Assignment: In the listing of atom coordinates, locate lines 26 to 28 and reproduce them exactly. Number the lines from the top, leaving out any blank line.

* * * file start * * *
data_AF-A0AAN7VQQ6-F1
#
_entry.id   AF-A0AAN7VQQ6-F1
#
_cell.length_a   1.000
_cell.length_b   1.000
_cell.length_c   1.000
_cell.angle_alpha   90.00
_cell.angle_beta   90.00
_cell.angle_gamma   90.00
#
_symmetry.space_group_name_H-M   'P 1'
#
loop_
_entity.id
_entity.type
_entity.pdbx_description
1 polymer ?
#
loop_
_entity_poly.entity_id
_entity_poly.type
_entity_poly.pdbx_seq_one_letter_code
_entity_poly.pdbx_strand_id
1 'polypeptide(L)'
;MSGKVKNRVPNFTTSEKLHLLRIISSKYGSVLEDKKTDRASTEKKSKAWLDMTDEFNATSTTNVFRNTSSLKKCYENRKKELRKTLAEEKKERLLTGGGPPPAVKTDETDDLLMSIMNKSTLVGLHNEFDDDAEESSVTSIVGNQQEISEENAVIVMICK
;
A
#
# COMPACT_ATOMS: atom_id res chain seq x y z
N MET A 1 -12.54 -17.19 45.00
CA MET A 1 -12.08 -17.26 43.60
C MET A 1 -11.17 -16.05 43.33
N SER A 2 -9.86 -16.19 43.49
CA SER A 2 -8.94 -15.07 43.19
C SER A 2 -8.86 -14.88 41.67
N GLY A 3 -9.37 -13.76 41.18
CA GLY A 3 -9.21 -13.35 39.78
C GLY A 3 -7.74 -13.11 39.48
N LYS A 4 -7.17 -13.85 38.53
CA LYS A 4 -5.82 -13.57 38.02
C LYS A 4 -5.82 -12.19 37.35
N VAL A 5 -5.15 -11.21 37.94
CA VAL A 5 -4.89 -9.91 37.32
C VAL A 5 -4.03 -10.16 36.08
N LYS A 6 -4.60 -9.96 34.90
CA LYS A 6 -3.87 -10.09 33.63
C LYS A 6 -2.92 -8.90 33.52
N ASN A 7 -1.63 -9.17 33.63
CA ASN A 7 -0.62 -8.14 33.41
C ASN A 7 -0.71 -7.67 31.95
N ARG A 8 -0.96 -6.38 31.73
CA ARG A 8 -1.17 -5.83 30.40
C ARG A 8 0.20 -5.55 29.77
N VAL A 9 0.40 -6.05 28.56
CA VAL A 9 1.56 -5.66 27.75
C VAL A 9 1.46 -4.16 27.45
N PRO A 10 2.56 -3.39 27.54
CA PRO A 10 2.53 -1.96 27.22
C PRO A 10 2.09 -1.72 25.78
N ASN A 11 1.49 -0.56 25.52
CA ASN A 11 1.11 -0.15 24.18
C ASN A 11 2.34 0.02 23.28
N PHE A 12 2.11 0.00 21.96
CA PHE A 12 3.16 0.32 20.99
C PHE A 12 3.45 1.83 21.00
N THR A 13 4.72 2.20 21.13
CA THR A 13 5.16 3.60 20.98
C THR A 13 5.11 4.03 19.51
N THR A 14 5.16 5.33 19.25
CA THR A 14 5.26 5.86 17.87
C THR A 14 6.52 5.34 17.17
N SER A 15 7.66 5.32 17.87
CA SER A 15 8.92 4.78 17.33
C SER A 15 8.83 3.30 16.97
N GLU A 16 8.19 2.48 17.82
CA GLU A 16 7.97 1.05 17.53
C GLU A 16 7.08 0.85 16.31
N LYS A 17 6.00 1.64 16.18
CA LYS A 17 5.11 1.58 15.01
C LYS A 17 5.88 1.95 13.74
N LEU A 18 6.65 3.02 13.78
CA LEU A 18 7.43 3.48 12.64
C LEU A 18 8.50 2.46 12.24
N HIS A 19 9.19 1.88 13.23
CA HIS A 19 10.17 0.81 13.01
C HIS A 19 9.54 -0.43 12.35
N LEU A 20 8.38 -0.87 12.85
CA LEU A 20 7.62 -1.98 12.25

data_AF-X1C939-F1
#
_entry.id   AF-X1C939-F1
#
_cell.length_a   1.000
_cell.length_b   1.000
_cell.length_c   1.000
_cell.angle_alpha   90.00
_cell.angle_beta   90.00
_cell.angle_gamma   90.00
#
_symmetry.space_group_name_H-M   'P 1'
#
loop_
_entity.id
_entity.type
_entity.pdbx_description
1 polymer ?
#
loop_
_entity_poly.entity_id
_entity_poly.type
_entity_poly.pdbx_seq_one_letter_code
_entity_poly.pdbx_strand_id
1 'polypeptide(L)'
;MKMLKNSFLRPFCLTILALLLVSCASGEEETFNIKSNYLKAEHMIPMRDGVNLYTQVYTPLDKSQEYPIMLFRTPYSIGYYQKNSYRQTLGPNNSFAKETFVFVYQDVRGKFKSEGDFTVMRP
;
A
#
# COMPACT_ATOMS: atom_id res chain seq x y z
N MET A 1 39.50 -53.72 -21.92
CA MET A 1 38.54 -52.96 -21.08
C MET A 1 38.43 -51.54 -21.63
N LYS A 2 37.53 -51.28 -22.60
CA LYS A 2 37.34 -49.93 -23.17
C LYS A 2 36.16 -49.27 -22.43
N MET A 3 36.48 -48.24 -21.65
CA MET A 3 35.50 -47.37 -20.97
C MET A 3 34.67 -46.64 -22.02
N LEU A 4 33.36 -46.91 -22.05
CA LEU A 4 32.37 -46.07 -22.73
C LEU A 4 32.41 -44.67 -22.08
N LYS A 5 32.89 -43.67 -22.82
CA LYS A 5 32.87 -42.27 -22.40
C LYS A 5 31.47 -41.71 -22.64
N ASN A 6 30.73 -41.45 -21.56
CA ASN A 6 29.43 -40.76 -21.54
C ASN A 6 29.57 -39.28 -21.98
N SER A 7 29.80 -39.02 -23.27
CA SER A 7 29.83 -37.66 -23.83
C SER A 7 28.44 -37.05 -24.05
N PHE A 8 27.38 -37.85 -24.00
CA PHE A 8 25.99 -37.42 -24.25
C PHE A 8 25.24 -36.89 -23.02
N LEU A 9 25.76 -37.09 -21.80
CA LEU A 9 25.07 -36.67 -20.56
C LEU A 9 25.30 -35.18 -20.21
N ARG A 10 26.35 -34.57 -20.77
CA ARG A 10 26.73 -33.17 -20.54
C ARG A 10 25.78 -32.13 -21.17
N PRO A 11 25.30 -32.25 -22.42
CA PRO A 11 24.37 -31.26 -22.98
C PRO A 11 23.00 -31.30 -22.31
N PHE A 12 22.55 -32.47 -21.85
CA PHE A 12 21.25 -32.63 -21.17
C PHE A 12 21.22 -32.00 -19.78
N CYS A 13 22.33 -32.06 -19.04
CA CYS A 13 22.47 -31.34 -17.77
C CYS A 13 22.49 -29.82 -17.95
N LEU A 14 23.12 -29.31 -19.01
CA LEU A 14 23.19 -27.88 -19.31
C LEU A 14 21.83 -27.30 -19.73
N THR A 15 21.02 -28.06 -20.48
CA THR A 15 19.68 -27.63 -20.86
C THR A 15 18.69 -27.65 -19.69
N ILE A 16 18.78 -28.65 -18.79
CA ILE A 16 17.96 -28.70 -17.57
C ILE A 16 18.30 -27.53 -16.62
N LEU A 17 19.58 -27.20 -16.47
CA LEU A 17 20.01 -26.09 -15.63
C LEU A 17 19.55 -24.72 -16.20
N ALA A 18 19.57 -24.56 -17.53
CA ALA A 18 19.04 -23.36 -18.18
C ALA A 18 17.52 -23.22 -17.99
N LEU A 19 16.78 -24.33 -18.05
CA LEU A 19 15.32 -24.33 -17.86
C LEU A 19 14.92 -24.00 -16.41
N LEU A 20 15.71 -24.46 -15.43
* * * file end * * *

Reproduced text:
;MSGKVKNRVPNFTTSEKLHLLRIISSKYGSVLEDKKTDRASTEKKSKAWLDMTDEFNATSTTNVFRNTSSLKKCYENRKKELRKTLAEEKKERLLTGGGPPPAVKTDETDDLLMSIMNKSTLVGLHNEFDDDAEESSVTSIVGNQQEISEENAVIVMICK
;
A